Regulation of immunoproteasome function in the lung

Ilona E. Keller, Oliver Vosyka, Shinji Takenaka, Alexander Kloß, Burkhardt Dahlmann, Lianne I. Willems, Martijn Verdoes, Hermen S. Overkleeft, Elisabeth Marcos, Serge Adnot, Stefanie M. Hauck, Clemens Ruppert, Andreas Günther, Susanne Herold, Shinji Ohno, Heiko Adler, Oliver Eickelberg, Silke Meiners*

*Corresponding author for this work

Research output: Contribution to journalArticlepeer-review


Impaired immune function contributes to the development of chronic obstructive pulmonary disease (COPD). Disease progression is further exacerbated by pathogen infections due to impaired immune responses. Elimination of infected cells is achieved by cytotoxic CD8+ T cells that are activated by MHC I-mediated presentation of pathogen-derived antigenic peptides. The immunoproteasome, a specialized form of the proteasome, improves generation of antigenic peptides for MHC I presentation thereby facilitating anti-viral immune responses. However, immunoproteasome function in the lung has not been investigated in detail yet. In this study, we comprehensively characterized the function of immunoproteasomes in the human and murine lung. Parenchymal cells of the lung express low constitutive levels of immunoproteasomes, while they are highly and specifically expressed in alveolar macrophages. Immunoproteasome expression is not altered in whole lung tissue of COPD patients. Novel activity-based probes and native gel analysis revealed that immunoproteasome activities are specifically and rapidly induced by IFNγ treatment in respiratory cells in vitro and by virus infection of the lung in mice. Our results suggest that the lung is potentially capable of mounting an immunoproteasome-mediated efficient adaptive immune response to intracellular infections.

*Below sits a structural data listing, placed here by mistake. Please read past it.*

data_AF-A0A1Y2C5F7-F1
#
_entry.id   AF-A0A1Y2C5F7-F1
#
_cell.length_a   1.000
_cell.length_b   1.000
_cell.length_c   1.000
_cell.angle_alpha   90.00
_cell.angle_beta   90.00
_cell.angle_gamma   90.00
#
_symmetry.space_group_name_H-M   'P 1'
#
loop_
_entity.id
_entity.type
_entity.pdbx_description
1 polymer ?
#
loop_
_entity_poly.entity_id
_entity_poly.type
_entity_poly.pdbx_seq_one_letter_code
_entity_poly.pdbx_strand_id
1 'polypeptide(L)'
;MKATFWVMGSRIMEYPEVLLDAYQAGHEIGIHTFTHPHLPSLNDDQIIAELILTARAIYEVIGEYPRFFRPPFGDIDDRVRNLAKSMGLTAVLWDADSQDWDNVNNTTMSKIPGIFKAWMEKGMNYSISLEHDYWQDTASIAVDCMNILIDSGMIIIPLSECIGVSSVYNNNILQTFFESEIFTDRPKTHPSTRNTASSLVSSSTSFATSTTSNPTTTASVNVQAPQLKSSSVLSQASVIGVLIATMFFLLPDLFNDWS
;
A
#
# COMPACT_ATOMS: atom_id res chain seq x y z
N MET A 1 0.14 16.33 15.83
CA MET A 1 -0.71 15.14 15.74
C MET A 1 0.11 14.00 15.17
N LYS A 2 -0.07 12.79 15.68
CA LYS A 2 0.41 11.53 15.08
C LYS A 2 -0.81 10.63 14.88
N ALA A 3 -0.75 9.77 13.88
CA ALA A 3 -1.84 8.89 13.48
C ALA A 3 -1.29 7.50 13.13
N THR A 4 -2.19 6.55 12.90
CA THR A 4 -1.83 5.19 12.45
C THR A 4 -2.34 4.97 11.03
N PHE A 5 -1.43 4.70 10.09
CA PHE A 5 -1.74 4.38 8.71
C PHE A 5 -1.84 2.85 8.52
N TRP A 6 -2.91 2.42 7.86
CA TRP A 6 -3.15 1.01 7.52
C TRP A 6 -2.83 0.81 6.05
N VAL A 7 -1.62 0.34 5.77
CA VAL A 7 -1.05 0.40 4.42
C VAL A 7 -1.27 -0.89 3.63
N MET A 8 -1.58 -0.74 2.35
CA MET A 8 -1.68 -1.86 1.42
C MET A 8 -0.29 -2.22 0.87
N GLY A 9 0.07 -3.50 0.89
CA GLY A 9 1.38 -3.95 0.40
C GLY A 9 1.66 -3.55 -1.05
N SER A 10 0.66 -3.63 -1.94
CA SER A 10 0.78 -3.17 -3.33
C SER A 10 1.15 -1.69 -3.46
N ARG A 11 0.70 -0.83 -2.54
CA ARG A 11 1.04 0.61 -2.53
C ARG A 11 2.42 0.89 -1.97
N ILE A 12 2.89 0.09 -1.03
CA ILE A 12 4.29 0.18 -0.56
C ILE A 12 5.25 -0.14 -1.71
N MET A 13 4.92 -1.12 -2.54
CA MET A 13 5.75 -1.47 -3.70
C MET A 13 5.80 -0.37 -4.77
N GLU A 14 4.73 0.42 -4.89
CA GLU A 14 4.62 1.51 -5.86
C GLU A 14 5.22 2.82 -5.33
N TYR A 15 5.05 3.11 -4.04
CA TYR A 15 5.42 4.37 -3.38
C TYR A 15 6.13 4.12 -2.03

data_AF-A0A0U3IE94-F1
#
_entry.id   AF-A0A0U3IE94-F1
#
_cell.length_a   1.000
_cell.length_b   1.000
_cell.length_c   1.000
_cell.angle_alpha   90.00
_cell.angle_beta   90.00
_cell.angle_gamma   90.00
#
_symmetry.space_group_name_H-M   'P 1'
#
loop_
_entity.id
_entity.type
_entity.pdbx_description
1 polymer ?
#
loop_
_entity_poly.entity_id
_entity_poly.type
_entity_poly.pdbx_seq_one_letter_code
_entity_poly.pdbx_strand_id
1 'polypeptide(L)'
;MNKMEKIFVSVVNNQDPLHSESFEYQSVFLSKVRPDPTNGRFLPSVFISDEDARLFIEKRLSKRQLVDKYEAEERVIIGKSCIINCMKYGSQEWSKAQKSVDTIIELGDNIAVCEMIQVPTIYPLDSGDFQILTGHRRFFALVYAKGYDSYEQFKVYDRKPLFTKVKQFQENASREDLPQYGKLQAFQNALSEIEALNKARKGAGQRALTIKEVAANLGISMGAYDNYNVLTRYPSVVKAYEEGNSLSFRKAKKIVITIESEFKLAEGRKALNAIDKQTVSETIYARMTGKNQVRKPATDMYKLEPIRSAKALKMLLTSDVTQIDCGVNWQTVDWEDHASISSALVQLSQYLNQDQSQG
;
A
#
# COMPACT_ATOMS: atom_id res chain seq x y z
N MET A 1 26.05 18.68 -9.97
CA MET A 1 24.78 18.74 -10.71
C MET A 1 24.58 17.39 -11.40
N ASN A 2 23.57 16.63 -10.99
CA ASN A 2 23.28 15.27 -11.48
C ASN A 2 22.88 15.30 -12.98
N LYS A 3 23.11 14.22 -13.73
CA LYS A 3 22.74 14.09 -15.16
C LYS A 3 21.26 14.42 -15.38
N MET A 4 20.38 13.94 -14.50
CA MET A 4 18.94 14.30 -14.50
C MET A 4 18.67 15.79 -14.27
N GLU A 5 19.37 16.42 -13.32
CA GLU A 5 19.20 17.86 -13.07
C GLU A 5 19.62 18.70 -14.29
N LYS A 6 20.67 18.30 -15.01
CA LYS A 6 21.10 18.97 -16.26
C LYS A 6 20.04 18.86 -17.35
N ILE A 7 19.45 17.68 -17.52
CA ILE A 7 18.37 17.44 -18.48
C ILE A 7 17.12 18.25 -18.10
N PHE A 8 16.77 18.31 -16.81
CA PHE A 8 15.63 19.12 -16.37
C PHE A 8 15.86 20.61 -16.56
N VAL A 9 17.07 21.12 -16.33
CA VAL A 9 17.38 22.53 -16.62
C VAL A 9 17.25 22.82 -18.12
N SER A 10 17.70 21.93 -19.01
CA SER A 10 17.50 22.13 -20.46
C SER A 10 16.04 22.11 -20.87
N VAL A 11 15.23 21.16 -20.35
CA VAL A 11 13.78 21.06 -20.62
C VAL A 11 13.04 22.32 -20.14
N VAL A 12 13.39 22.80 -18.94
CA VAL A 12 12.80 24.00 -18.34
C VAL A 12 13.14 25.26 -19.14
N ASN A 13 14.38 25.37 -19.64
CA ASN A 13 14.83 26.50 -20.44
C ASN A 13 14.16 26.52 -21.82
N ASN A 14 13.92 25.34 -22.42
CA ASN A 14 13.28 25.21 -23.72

Original languageEnglish
Article number10230
Number of pages12
JournalScientific Reports
Publication statusPublished - 19 May 2015

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